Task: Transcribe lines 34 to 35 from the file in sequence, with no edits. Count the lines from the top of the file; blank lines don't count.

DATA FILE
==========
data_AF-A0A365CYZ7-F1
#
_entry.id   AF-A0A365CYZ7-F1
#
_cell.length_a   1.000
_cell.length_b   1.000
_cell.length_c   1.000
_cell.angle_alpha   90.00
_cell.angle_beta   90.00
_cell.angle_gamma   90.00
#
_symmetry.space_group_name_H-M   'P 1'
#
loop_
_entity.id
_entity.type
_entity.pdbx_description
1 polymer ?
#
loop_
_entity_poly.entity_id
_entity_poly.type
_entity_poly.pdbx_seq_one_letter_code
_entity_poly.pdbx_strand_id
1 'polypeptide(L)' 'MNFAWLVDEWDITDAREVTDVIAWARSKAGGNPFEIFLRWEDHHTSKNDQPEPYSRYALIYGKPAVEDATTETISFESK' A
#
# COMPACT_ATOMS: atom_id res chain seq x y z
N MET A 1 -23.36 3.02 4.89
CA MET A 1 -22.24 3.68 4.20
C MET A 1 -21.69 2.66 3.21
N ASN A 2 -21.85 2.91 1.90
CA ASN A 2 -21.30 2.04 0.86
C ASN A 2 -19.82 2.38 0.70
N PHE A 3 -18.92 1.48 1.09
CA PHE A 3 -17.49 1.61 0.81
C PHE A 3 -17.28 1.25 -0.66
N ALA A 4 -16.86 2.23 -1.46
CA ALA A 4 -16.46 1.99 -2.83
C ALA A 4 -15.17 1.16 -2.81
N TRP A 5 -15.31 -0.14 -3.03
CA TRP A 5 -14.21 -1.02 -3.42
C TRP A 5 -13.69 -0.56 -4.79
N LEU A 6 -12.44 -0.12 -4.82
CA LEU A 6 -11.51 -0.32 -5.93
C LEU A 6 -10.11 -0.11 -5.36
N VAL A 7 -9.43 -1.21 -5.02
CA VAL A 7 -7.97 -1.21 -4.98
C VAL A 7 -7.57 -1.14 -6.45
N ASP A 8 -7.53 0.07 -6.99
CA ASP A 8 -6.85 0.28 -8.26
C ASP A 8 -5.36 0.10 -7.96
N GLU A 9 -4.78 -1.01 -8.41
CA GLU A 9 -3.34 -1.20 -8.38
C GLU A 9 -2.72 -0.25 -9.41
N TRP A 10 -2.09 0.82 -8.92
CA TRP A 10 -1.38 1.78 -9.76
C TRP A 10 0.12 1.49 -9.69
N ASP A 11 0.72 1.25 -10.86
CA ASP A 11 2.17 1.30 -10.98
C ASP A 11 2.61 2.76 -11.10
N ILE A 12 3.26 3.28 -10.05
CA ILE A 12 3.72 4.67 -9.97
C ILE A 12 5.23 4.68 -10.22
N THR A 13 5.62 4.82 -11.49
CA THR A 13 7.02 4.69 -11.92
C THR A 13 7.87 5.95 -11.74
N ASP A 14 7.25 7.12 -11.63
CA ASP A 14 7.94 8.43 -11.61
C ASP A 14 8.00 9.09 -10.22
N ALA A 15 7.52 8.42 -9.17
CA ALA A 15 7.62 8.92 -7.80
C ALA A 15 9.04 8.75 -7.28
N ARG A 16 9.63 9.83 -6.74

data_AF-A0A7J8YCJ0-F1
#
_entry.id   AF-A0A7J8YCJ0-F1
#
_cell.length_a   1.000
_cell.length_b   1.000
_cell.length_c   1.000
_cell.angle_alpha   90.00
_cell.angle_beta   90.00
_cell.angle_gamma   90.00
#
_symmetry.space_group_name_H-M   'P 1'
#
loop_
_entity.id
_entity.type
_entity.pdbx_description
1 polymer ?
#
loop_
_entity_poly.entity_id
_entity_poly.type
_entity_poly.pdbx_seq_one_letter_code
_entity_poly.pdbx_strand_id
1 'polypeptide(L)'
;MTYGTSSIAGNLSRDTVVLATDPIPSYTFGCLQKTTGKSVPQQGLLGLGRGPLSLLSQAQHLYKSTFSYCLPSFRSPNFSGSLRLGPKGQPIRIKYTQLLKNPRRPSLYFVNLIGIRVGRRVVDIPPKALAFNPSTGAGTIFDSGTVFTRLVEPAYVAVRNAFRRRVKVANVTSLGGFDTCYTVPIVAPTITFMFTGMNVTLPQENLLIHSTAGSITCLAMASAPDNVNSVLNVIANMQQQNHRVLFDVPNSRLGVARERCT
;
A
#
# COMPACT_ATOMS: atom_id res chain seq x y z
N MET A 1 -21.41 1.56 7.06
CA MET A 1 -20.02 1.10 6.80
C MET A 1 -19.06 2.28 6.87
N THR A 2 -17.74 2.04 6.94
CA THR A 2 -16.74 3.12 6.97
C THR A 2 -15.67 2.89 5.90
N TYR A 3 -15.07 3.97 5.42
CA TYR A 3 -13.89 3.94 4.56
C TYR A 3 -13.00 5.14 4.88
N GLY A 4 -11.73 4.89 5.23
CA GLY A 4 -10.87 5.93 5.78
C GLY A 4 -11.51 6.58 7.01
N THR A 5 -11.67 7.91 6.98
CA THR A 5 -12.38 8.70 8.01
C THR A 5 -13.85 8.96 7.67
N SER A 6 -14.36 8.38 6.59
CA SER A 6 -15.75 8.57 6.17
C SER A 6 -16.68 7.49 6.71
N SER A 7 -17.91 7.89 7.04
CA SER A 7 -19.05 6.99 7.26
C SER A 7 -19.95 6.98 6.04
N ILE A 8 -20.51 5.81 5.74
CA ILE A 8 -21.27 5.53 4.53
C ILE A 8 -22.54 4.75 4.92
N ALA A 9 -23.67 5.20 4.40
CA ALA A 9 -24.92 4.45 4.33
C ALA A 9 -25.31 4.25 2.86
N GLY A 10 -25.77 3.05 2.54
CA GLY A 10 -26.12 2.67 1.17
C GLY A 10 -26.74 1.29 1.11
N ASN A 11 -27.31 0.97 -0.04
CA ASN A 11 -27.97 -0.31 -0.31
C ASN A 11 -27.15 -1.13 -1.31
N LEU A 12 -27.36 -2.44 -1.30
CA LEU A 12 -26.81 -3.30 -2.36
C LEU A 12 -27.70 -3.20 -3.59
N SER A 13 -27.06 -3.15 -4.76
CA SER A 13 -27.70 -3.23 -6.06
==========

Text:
N PHE A 3 -18.92 1.48 1.09
CA PHE A 3 -17.49 1.61 0.81